In audiology, frequency is the number of vibrations that occur in one second. It is measured in hertz (Hz), and the human hearing range is typically from 20 Hz to 20,000 Hz.
What is Frequency in Audiology?
Frequency is the pitch of a sound. The higher the frequency, the higher the pitch. For example, a high-pitched sound like a bird chirping has a higher frequency than a low-pitched sound like a foghorn.
What is the Frequency of Hearing Sounds?
The frequency of hearing sounds ranges from 20 Hz to 20,000 Hz. However, the ability to hear high-frequency sounds decreases with age. By the time people reach their 60s, they may not be able to hear sounds above 10,000 Hz.
Why is Frequency Important in Hearing?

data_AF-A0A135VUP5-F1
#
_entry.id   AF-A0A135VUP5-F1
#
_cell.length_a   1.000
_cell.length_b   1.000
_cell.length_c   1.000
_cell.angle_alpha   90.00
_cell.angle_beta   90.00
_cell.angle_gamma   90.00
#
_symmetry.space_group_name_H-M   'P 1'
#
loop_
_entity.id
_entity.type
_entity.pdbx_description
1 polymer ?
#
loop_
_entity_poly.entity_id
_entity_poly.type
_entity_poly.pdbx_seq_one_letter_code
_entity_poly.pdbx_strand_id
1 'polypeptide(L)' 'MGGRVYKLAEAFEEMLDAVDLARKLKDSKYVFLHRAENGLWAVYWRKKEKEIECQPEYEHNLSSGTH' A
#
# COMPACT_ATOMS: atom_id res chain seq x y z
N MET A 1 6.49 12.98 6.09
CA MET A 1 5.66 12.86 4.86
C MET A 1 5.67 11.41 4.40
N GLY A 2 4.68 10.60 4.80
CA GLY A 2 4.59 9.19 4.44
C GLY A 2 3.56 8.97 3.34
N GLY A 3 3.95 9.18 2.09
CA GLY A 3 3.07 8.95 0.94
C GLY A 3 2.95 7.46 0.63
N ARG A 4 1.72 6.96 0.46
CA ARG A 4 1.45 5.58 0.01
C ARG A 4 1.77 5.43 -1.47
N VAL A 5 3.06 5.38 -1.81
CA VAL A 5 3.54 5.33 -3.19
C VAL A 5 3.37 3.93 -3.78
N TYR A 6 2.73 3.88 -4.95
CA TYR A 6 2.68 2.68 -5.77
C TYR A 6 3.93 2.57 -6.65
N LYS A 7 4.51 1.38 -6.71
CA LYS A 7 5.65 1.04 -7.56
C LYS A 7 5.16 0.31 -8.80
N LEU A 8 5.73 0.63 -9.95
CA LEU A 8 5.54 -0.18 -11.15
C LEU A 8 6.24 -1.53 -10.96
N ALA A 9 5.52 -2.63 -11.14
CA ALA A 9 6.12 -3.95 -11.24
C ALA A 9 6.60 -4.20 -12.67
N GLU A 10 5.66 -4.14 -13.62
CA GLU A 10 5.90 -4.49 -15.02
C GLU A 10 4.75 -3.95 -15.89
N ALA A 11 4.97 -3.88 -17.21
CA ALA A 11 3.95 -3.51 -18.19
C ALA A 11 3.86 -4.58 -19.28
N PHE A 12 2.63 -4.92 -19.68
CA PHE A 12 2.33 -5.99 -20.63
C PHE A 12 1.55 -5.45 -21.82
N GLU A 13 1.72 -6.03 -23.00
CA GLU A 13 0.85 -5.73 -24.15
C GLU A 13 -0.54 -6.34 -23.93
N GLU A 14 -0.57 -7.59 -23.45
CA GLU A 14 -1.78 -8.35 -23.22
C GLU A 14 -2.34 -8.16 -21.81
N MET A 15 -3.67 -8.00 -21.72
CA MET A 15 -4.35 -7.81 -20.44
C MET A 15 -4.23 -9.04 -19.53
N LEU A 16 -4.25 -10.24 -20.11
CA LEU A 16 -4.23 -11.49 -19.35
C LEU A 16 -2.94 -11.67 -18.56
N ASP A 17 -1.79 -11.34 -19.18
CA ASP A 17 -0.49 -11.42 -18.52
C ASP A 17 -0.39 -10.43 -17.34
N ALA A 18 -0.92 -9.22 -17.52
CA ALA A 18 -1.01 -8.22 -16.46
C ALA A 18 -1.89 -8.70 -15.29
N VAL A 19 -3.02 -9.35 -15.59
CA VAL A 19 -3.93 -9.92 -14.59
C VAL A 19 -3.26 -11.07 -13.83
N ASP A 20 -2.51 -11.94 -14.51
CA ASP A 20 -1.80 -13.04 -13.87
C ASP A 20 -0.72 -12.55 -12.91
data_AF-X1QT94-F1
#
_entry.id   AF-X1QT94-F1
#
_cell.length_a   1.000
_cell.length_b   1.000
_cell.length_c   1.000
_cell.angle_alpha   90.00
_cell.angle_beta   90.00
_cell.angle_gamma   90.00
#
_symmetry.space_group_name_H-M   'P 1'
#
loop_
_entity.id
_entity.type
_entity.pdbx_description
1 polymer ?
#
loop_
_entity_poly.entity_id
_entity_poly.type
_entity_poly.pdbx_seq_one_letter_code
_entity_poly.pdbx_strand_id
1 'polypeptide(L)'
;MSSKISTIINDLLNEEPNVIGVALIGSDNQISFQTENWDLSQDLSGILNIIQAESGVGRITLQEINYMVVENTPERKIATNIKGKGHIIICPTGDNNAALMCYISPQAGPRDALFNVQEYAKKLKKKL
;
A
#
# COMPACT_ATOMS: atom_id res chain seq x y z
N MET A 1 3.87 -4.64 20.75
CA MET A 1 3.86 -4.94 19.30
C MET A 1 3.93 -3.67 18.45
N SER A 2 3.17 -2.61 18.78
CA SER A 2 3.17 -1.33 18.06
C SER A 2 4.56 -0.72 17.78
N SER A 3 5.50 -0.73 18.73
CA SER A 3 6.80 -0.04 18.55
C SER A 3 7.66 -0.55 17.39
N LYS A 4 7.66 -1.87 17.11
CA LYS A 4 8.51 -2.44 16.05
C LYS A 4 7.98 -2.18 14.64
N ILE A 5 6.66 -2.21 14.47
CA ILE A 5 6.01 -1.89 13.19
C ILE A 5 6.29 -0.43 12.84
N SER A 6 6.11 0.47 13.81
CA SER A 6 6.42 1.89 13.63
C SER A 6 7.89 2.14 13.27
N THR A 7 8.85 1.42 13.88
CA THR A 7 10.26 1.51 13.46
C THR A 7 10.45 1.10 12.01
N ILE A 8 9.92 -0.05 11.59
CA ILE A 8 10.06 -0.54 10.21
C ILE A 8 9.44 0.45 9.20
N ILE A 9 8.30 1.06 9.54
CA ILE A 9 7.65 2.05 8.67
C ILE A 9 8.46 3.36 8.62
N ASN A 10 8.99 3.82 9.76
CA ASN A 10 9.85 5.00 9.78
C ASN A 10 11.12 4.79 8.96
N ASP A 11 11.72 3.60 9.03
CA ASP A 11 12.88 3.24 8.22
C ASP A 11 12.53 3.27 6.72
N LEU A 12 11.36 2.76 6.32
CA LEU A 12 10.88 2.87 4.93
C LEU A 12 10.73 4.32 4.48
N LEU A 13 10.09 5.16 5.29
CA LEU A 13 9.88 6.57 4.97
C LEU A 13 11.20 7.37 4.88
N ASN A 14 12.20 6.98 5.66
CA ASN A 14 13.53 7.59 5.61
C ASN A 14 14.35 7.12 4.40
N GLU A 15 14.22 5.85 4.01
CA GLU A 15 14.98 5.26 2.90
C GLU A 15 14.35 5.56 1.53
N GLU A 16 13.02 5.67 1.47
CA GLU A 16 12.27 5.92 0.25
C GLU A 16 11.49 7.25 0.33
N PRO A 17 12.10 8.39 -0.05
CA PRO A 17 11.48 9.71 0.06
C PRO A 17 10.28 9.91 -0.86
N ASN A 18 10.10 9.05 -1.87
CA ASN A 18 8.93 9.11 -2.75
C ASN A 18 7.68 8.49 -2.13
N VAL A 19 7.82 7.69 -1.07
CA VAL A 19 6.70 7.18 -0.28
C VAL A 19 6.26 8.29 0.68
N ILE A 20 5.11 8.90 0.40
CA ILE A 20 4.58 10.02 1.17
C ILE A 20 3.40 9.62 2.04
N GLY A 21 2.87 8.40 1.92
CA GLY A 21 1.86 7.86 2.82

Frequency is important in hearing because it allows us to distinguish between different sounds. For example, we can distinguish between a bird chirping and a foghorn because they have different frequencies.
How Does Frequency Work for Hearing?
Sound waves travel through the air and cause the eardrum to vibrate. The vibrations of the eardrum are then transmitted to the ossicles, which are three small bones in the middle ear. The ossicles amplify the vibrations and transmit them to the inner ear. The inner ear contains the cochlea, which is a spiral-shaped structure that contains hair cells. The hair cells convert the vibrations into electrical signals, which are then sent to the brain. The brain interprets these signals as sound.
Frequency is an important concept in audiology. It is the pitch of a sound, and it allows us to distinguish between different sounds. Frequency is measured in hertz, and the human hearing range is typically from 20 Hz to 20,000 Hz. The ability to hear high-frequency sounds decreases with age.